Tuesday, August 19, 2008

A Valuable Window into the Drug Industry's Marketing Tactics

Critics of the pharmaceutical industry have long complained that drug companies resort to unscrupulous tactics to market their wares, handpicking friendly researchers (to whom they pay handsome consulting fees) for clinical trials, ghost-writing the results, and running studies for the express purpose of encouraging the adoption of new drugs. Such studies are known as "seeding" trials, and a new report in the current issue of the Annals of Internal Medicine reveals in disturbing detail how one company -- Merck -- paid for, ran and published such a seeding trial without bothering to tell the so-called authors of the study its true purpose: to encourage the use of Vioxx among primary care physicians. Indeed, as the editorial accompanying the report notes, "...deception is the key to a successful seeding trial. Institutional review boards, whose purpose is to protect humans who participate in research, would probably not likely approve an action that places patients in harms' way in order to influence physicians' prescribing habits."

As the Annals report notes, the seeding trial itself had little scientific merit. At the same time the it was launched, Merck was also starting the VIGOR trial to be the "definitive study of gastrointestinal toxicity." Interestingly enough, both the seeding trial, known as ADVANTAGE, and the VIGOR trial, uncovered the increased cardiac risk for Vioxx compared to naproxen, although as the world now knows, that risk was underestimated when the VIGOR study was first published in the New England Journal of Medicine in 2000.

The true purpose of the ADVANTAGE trial only became apparent because the extensive litigation around Vioxx unearthed internal Merck documents that showed the extent to which its marketing department had planned and run the whole shebang. As this and other cases illustrate, it is very difficult to get an inside view of drug company tactics short of a subpoena or official law enforcement request. Indeed, it took both to pry out of GlaxoSmithKline internal documents that showed the extent to which the pharmaceutical giant had tried to suppress negative results about the safety and effectiveness of its blockbuster antidepressant, Paxil.

As I reveal in Side Effects: A Prosecutor, a Whistleblower and a Bestselling Antidepressant on Trial, GlaxoSmithKline only gave up these damaging corporate documents after an official request from the New York Attorney General's office and a subpoena from lawyers representing the families of teenagers who killed themselves on Paxil or tried to. The resulting New York AG lawsuit essentially forced GlaxoSmithKline to post the results of all its clinical trials, negative as well as positive, on a publicly available website and led to other reforms as well. Yet such valuable "windows" into the drug industry could be closed if the US Supreme Court allows federal agencies to "pre-empt" state lawsuits against the drug industry. That is something none of us should wish for.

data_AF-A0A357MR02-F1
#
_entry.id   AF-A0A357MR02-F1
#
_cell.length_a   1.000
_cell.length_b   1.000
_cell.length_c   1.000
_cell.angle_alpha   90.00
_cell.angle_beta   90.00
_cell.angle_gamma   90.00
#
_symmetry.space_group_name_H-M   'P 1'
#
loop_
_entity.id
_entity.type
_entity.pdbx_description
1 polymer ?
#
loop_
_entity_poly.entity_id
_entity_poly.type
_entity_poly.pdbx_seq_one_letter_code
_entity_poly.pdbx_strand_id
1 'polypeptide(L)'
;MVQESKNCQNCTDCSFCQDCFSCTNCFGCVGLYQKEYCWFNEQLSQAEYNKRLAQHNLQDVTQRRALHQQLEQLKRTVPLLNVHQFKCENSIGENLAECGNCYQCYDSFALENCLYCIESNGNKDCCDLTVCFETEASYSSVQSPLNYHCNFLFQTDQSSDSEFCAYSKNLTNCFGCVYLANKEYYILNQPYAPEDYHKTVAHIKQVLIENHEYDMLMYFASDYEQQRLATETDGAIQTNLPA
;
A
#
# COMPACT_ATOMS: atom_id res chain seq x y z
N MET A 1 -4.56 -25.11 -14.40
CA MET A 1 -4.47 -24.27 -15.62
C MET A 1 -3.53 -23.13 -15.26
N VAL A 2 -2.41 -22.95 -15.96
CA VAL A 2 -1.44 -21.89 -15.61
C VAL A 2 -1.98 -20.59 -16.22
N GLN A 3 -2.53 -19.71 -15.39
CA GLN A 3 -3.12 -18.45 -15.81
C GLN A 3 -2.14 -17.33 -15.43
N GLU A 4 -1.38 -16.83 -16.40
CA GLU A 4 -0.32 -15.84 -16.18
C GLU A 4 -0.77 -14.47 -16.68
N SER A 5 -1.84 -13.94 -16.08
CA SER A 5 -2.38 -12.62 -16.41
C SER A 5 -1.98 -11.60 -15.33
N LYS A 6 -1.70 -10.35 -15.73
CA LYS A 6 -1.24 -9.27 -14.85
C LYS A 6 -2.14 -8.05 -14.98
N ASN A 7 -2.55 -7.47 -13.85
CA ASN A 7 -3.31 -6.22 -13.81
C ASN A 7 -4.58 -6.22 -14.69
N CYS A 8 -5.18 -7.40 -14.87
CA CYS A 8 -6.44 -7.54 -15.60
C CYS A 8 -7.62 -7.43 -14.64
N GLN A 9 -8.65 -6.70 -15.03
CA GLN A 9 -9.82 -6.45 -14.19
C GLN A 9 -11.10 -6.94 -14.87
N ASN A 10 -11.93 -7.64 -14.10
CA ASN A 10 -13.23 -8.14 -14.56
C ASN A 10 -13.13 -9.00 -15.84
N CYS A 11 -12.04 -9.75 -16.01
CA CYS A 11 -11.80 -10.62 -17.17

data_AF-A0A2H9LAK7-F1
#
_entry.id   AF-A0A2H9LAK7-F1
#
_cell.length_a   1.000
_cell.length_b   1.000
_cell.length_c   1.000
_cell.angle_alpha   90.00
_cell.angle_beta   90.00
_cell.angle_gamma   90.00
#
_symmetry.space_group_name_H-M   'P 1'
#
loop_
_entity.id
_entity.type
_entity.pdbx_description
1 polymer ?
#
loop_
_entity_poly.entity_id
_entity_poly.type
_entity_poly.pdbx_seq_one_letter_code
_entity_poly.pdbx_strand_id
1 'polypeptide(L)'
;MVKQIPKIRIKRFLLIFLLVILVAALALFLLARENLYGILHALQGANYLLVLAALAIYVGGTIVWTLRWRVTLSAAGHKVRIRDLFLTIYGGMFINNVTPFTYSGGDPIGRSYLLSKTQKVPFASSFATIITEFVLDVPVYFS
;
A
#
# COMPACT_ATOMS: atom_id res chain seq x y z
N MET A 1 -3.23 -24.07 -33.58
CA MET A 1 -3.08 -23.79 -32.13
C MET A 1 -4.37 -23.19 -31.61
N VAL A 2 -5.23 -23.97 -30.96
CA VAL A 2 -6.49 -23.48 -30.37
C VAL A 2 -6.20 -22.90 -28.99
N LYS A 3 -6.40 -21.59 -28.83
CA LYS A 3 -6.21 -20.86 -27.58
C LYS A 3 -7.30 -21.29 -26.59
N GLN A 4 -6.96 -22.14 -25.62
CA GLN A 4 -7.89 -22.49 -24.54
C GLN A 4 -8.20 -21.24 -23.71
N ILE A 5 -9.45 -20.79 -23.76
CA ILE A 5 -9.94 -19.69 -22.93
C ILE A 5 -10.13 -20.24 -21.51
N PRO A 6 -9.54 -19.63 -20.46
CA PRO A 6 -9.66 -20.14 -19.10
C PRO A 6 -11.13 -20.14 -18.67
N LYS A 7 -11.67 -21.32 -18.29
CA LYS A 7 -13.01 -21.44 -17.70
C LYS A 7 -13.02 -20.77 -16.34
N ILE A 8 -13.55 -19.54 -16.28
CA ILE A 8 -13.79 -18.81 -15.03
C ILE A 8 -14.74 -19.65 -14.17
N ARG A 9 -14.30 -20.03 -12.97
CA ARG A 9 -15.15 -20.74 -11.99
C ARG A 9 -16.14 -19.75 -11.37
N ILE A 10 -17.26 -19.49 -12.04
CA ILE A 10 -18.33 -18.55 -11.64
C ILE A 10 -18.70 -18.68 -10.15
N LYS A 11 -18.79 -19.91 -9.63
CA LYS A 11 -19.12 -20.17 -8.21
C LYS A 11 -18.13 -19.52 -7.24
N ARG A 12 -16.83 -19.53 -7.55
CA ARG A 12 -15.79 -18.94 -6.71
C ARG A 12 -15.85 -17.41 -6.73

Tuesday, August 12, 2008

A flawed system of drug research, or why new drugs often do more harm than good

The August doldrums have settled in. Pharmalot is on vacation, as are most state and federal legislators. But there's a few items I'd like to take note of, since I too was on vacation when this news broke:

1. Stanford University finally saw the light and removed its chief of psychiatry, Alan Schatzberg, as principal investigator of an NIH study after Sen. Chuck Grassley continued to question Schatzberg's alleged conflicts of interest in the study. As you may recall from my previous blogs, Schatzberg owned $6 million in stock in Corcept at the same time that he was principal investigator of a study examining the effectiveness of Corcept's drug, RU-486, in treating psychotic depression. Grassley, a ranking member of the Senate Finance Committee, charged that Schatzberg failed to fully disclose his financial interests in Corcept to Stanford or the NIH, which is funding the RU-486 study. As Stanford said in its statement to the Senate Finance Committee, "having Dr. Schatzberg as the principle investigator on this grant can create an appearance of conflict of interest." Here's the letter Stanford sent to the NIH notifying them of its long overdue action.

2. Research reported at the annual meeting of the American Sociological Association echoes what I conclude in my book, Side Effects: A Prosecutor, a Whistleblower and a Bestselling Antidepressant on Trial: Americans are often exposed to unacceptable side effects because of flaws in the way new drugs are tested and marketed. Donald Light, a professor of comparative health policy at the University of Medicine and Dentistry of New Jersey, reported that two in every seven new drugs result in side effects serious enough for FDA action after the drugs have been approved, including black box warnings, adverse reaction warnings, or even withdrawal of the drug. Light also contended that drug makers design trials to minimize evidence of toxic side effects. For instance, they sample a healthier population of patients than those who will actually take the drug, excluding people who are older or have multiple health problems, according to GoozNews. Trials are also not run long enough to detect long-term side effects, Light says. In his talk, the sociologist noted that while current system of drug approval allows companies to boast that a drug is safe and effective, in reality, the label should read "apparently safe based on incomplete information..." Light concludes, as Side Effects does, that the FDA's sped-up drug reviews during the '90s and the first part of this century only led to significantly increased black box warnings and drug withdrawals after great harm was done.